Life Cycle Assessment of Biogas/Biofuel Production from Organic Waste
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- Institutt for elkraftteknikk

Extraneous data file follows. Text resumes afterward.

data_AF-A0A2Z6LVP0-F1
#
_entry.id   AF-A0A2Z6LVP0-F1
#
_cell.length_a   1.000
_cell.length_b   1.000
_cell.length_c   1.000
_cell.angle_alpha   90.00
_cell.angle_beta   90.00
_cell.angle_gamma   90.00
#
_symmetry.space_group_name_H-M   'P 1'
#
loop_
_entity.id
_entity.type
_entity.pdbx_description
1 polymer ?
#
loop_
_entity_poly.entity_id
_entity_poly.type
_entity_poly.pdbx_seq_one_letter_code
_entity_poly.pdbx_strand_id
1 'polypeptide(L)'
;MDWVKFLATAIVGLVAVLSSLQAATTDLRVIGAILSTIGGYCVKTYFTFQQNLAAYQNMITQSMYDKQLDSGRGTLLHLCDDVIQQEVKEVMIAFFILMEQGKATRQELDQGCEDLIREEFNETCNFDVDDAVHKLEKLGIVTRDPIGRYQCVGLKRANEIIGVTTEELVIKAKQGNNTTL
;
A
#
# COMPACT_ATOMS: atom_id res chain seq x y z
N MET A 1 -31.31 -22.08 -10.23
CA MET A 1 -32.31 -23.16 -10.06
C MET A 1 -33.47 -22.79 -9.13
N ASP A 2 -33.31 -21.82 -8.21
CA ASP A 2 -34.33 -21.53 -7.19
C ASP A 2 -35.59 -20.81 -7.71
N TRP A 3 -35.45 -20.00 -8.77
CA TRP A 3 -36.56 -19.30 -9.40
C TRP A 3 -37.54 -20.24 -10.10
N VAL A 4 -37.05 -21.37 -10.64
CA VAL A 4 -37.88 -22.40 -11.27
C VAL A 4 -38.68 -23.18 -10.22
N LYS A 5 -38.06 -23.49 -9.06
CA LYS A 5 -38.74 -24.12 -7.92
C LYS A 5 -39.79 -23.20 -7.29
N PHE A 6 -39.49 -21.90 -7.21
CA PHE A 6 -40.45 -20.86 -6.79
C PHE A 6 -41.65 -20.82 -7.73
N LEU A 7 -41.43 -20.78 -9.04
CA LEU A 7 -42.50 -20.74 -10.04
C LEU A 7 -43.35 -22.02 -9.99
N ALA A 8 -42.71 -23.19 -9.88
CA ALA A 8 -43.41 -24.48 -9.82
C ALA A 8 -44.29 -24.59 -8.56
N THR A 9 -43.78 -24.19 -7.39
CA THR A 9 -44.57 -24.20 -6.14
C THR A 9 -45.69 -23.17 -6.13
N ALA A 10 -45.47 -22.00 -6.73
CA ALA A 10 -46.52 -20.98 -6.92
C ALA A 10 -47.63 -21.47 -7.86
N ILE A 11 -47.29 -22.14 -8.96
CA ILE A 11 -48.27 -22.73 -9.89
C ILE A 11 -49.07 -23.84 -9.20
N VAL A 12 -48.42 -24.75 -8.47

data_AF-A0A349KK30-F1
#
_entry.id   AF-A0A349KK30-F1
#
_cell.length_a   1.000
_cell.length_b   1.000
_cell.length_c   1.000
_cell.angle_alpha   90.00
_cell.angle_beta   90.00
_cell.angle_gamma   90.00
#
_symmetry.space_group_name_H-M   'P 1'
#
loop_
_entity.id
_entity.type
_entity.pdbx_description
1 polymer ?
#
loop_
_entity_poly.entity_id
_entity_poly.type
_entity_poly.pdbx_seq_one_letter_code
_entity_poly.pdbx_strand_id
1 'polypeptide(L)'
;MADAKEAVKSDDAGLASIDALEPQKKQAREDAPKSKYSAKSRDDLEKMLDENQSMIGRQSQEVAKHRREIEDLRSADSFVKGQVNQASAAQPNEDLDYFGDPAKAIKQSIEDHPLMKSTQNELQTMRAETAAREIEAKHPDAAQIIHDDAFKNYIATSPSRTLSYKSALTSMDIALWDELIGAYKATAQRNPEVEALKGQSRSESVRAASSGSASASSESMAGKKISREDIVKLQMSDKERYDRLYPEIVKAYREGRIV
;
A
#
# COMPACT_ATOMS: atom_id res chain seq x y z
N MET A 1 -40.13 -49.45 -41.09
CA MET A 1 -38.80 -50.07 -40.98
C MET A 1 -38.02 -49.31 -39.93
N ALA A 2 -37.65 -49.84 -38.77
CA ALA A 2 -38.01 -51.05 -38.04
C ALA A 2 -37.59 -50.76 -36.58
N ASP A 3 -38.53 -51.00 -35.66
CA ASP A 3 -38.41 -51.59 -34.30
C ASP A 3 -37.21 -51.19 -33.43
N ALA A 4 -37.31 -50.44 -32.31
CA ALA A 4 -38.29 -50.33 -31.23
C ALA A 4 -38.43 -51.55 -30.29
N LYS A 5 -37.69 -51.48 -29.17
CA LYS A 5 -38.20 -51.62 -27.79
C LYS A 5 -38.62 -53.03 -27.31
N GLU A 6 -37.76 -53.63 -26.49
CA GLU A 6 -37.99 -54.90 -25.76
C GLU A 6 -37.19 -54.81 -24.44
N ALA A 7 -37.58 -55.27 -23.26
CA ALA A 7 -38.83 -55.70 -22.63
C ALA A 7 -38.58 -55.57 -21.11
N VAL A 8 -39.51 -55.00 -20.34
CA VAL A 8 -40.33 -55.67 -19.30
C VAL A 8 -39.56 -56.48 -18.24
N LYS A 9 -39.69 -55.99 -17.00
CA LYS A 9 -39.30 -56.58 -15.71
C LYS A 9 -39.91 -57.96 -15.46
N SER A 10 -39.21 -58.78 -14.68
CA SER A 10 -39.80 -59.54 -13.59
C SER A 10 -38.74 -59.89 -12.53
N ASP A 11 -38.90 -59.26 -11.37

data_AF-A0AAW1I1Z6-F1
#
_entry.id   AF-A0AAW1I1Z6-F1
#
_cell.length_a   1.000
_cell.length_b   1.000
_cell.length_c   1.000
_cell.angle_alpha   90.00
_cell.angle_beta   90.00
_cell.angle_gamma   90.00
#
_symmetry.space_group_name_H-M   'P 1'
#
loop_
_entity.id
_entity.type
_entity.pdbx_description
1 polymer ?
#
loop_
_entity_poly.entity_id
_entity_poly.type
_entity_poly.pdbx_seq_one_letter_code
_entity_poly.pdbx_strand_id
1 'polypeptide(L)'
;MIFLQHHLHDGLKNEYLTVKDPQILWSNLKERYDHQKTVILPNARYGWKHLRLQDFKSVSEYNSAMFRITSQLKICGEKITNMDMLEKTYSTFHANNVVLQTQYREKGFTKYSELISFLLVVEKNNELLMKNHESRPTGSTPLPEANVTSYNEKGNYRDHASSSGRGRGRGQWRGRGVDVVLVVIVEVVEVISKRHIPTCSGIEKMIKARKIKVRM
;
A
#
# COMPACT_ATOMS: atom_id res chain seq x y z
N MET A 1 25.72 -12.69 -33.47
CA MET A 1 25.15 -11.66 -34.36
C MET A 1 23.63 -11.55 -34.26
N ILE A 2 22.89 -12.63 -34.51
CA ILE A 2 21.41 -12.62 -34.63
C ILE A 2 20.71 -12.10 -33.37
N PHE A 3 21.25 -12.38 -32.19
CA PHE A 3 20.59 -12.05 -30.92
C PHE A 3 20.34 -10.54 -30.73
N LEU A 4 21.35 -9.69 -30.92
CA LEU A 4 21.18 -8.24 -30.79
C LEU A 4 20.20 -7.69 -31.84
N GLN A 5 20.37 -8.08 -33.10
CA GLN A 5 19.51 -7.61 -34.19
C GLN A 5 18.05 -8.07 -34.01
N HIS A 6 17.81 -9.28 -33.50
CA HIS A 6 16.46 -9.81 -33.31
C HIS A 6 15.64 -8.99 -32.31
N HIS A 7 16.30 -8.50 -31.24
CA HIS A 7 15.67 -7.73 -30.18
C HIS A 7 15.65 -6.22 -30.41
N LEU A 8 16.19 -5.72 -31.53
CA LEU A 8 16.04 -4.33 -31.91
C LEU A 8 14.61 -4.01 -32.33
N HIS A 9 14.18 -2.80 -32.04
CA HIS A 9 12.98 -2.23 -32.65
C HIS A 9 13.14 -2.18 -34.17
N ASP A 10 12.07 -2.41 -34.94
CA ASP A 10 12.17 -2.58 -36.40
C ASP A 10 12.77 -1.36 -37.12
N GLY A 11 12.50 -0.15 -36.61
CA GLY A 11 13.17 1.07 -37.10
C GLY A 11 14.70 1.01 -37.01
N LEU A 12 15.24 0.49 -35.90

The focus on energy production is important today and will be of even bigger importance in the future. With an increase in the world s population and at the same time a more energy demanding one the energy issue is and will be one aspect that will involve all of us. The demand and environmental impacts will require that an increasing share of the energy will be renewable. Waste systems has therefore become of bigger interests in the resent years.This thesis has looked at biogas/biofuel production from organic waste. Production of biogas from different types of food wastes and the upgrading to liquefied biogas (LBG) for the value chain of Romerike biogas plant (RBA) located outside Oslo has been chosen as a case study. An evaluation of resource efficiency performance and environmental life cycle impact for RBA has been conducted using material flow analysis (MFA) and life cycle assessment (LCA). The resource efficiency performance has been found by using MFA and measured by definition of indicators for material rate of recovery (MRR), nutrient rate of recovery (NRR) and energy efficiency (η). The MRR was found to be 3.6%. NRR for N and P was found to be respectively 26.1% and 7.8%. It was found that the DM content in solid biofertilizer as well as the food waste share in the residual waste had large impacts on these indicators. The energy efficiency of the system was found to be very low, 2.5%. This was due to that data for sold gas was received that actually was much lower than the produced gas. Energy efficiency of 26.1% was found by using an estimated volume correlated to the waste amount delivered to RBA in the investigated period. This showed that the use of correct produced gas volume has a large impact. In general the indicator values found were evaluated to be poorer than would have been the case if better data had been provided as well as the plant had not been in a run-up period.In the LCA conducted the GWP had the main focus. It was found that the RBA value chain had a total GWP impact of 455 kg CO2-eq./FU. By the processes defined the collection of HHW had the biggest impacts. In all except one category these two processes contributed to over 80% of the impact. The contribution found was evaluated to be higher than it is in reality due to the data used.It was found an avoided burden of 747 396 kg CO2-eq by implementing the value chain in contrast to use the alternative option (diesel and chemical fertilizer).Due to large uncertainties in the models established the results found in this thesis should be used more to indicate where there are problems than contribute to specific measures to be done. It is therefore beneficial that the models are improved by better definition of systems as well as more specific data should be provided.